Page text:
Orofacial clefts affect 1/700 live births and are associated with environmental, dietary and genetic factors. Future studies should integrate genetics with cleft phenotypes, identify and describe the contribution of candidate genes and describe the interaction between genetic and environmental risk factors (Parker SE et al. 2010. Birth Defects Res A Clin Mol Teratol. 88(12):1008-16; Dixon MJ et. 2011. Nat Rev Genet. 12(3): 167-178; Li C et al. 2017. JDR 96(11): 1184 – 1191). Childhood dental caries remain a public health concern marked by pronounced health disparities. There is evidence of heritability of dental caries but few known associated loci (e.g., ACTN2) and polymorphisms (Stanley BO. 2014. JDR 93(7):626-32). The strength of the evidence supporting these associations is limited due to small sample sizes and reliance on candidate-gene study designs. Researchers currently do not understand the magnitude and the mode of influence of these loci and polymorphisms on caries risk in children (Divaris K. 2017. Dent Clin N Am. 619-625), especially in the context of environmental factors like fluoride exposure (Shaffer JR et al. 2015. Hum Genet. 134(2):159-67). Understanding the composition and function of the oral microbiome in health and disease will also help investigators precisely dissect the etiology of caries on an individual level and lead to more effective preventive and therapeutic modalities.

Medium (5-10 years)

In 5-10 years, All of Us could help scientists understand the genetic, lifestyle and environmental factors that contribute to oral health disparities in children and that are not completely explained by differences in socioeconomic status. A better understanding of the biological underpinning of oral and craniofacial conditions in children can help explain how social deprivation and other upstream factors can have such profound impact on multiple, clinical oral health endpoints. For example, All of Us could help elucidate the impact of genetics and epigenetics (a mechanism that may illuminate previously uncharacterized links between social factors, environmental exposures and biological or clinical outcomes) on intermediate oral and craniofacial phenotypes such as tooth anatomy, salivary factors, the oral microbiome as well as directly on oral disease susceptibility (Divaris K. 2016. JDR 95(3):248-254).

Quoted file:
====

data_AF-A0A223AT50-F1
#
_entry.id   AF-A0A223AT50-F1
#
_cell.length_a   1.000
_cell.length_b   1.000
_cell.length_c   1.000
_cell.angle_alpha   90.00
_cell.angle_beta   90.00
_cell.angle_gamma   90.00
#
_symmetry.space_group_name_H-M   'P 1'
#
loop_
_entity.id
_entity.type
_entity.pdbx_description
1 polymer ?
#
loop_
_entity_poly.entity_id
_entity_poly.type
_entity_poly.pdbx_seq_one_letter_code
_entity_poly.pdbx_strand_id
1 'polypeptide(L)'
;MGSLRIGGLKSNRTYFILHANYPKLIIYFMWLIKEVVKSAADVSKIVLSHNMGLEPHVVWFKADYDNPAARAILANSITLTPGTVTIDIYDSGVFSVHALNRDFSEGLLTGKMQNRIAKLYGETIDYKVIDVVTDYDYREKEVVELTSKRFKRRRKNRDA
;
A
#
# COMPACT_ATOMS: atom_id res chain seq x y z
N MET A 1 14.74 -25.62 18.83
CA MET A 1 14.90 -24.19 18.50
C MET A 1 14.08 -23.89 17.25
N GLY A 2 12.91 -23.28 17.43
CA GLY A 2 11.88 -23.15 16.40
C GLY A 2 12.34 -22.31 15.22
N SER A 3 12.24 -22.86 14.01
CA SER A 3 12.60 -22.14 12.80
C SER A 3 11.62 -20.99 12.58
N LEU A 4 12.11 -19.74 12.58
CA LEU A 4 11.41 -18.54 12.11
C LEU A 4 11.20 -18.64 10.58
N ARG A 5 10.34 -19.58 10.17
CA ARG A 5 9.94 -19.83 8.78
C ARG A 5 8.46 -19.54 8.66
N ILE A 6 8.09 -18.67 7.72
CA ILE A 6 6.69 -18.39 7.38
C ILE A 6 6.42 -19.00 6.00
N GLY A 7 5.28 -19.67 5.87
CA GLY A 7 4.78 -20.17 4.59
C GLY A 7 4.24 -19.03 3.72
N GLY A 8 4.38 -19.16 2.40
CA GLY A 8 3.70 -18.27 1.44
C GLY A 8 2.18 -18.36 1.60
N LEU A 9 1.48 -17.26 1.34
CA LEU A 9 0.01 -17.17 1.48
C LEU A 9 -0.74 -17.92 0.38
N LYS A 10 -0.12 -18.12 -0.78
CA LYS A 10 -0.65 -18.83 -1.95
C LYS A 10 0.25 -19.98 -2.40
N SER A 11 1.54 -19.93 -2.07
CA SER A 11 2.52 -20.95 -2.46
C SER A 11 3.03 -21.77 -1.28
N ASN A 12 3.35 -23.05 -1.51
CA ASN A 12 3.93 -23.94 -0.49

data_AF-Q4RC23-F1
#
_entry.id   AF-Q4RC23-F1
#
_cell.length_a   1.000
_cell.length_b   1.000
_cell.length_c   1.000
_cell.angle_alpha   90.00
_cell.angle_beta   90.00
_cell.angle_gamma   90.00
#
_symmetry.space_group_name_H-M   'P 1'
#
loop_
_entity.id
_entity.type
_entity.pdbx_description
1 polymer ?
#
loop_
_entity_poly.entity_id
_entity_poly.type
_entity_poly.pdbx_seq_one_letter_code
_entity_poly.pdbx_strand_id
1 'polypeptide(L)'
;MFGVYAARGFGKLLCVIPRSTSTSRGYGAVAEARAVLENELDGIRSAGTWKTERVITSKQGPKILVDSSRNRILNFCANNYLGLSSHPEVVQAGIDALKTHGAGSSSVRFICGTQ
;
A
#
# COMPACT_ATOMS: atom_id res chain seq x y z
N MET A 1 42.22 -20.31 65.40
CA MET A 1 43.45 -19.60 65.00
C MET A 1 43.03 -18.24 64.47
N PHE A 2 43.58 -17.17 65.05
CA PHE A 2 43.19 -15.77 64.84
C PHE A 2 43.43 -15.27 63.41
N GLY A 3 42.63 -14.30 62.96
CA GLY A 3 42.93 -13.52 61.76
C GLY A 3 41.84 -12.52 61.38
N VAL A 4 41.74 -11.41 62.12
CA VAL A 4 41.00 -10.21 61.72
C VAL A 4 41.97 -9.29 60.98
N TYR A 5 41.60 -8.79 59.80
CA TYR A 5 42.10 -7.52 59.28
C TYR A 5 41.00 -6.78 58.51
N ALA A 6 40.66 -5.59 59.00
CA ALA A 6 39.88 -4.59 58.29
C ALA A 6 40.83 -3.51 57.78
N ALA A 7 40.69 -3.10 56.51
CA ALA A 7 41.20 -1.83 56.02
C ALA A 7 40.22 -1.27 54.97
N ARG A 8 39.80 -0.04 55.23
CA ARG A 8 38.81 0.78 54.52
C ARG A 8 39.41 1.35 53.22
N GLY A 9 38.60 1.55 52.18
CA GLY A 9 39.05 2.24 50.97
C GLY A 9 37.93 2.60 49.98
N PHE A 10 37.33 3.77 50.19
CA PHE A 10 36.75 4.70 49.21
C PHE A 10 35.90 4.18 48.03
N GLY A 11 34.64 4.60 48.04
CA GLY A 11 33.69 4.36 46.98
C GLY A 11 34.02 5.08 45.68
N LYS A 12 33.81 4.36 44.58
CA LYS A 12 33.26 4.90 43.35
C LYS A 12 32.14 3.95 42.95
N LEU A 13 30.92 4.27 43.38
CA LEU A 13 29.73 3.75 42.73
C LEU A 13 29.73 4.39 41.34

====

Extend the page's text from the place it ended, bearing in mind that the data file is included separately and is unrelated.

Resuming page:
Long (more than 10 years)

Understanding how oral health and disease develop over time requires longer follow-up periods than what is typically feasible with a research project grant. The inclusion of pediatric research in All of Us will enable longitudinal studies of oral and craniofacial health among large, population-based samples. Gaps in knowledge that need to be addressed include the impact of craniofacial developmental diseases, such as cleft lip/palate and enamel hypomineralization and hypoplasia, on susceptibility to or exacerbation of other diseases; common risk factors between oral and other diseases leading to common prevention and treatment strategies; the quantification of risk for certain oral diseases like dental caries (Divaris K. 2016. JDR 95(3):248-254); caries progression from ages 0-18; and oral health across the lifespan. The health of children with complex medical conditions or with cancer can be further compromised when they have untreated caries lesions. The development of effective means for the prevention or management dental caries among this and other pediatric populations with special health care needs is critical.

All of Us should collect and bank saliva and other biological specimens (e.g., plaque) to enable genetic and microbiome analyses, as well as studies on how salivary factors change from infancy over the life course. Saliva collection methods for valid downstream omics (e.g., genomics, microbiomics and proteomics) analyses in very young children need to be studied.

Question 2

What are the key gaps in current pediatric study designs that might be appropriate for All of Us to address through the enrollment of children (for example, preconception studies, sibling studies)?